Angels Flight, reputed to be the world’s shortest railway, is a funicular railway originally opened on Bunker Hill in Downtown Los Angeles in 1901. The two railcars, Olivet and Sinai (named for two mountains in the Bible) served to connect upscale Bunker Hill homes with downtown shopping areas below. After World War One, however, Bunker Hill's upscale status rapidly disappeared and its stately homes were converted into cheap rooming houses. The neighborhood fell into blight. In 1969, Angels Flight was dismantled and placed in storage as part of a neighborhood urban renewal project. The Community Redevelopment Agency promised to reassemble and reopen the historical line elsewhere within a few years. The promise was not fulfilled, however, until much later, when the railway was finally reopened, half a block south of its original location on Hill Street, on February 24, 1996. The resurrected Olivet and Sinai provided 60,000 passengers per month with a nostalgic one minute, 298-foot ride. Prior to being reopened to the public, the cars were each put through 9,000 pound weight safety tests. The 9,000 pounds were a load of donated cases of Snapple and Budweiser.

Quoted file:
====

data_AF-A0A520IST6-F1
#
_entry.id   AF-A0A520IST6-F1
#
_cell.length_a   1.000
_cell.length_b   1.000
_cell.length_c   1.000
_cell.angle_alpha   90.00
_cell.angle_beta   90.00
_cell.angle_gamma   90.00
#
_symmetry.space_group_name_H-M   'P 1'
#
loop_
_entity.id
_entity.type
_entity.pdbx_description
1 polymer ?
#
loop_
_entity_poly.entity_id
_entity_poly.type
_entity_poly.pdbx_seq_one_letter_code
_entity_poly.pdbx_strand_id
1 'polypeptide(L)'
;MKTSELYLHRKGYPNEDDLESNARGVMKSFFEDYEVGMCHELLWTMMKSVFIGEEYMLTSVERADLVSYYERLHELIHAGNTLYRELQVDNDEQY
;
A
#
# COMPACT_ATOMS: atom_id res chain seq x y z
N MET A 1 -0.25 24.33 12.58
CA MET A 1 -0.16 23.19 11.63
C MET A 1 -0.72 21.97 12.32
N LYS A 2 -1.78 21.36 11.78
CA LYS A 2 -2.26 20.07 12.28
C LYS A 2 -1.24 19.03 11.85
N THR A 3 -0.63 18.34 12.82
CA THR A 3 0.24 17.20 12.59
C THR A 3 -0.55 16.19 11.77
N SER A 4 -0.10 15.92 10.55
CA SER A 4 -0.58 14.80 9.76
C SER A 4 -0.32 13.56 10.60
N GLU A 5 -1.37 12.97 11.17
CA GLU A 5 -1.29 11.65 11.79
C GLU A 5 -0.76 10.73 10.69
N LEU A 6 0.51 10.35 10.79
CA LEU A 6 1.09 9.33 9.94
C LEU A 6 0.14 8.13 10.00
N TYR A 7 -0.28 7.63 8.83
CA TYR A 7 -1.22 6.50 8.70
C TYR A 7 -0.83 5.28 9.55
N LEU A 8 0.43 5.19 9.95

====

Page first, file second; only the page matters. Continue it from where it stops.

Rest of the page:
On February 1, 2001, one of the two Angels Flight cable cars became detached from its cable and hurtled down the tracks to collide with its sister car. Sadly, 83-year-old tourist Leon Praport died from his injuries sustained in the accident and his wife Lola was critically injured. Seven other passengers were injured. Praport, a New Jersey resident, was a Holocaust survivor. Angels Flight was been closed since that fateful day. The only other injuries on record was to a women in 1913 who jumped from one of the moving cars and (although unverified and undated) the death of a drunken sailor who, it was reported, attempted to climb the track and was crushed by a railcar.
On March 15, 2010, with new safety features and considerable testing, Angels Flight again returned to operation.
A little more than three years later, on September 5, 2013, one of the cars derailed midway along the rail. No passengers were injured, however, they had to be rescued by firefighters. An investigation by the National Transportation Safety Board (NTSB) identified safety problems with its brake system and a design problem between its car body and wheel axle. As a result, Angel's Flight was closed again and underwent a $5 million renovation funded by a partnership of the Angels Flight Railway Foundation, ACS Infrasturcture and engineering firm Sener. Angels Flight again reopened on August 31, 2017.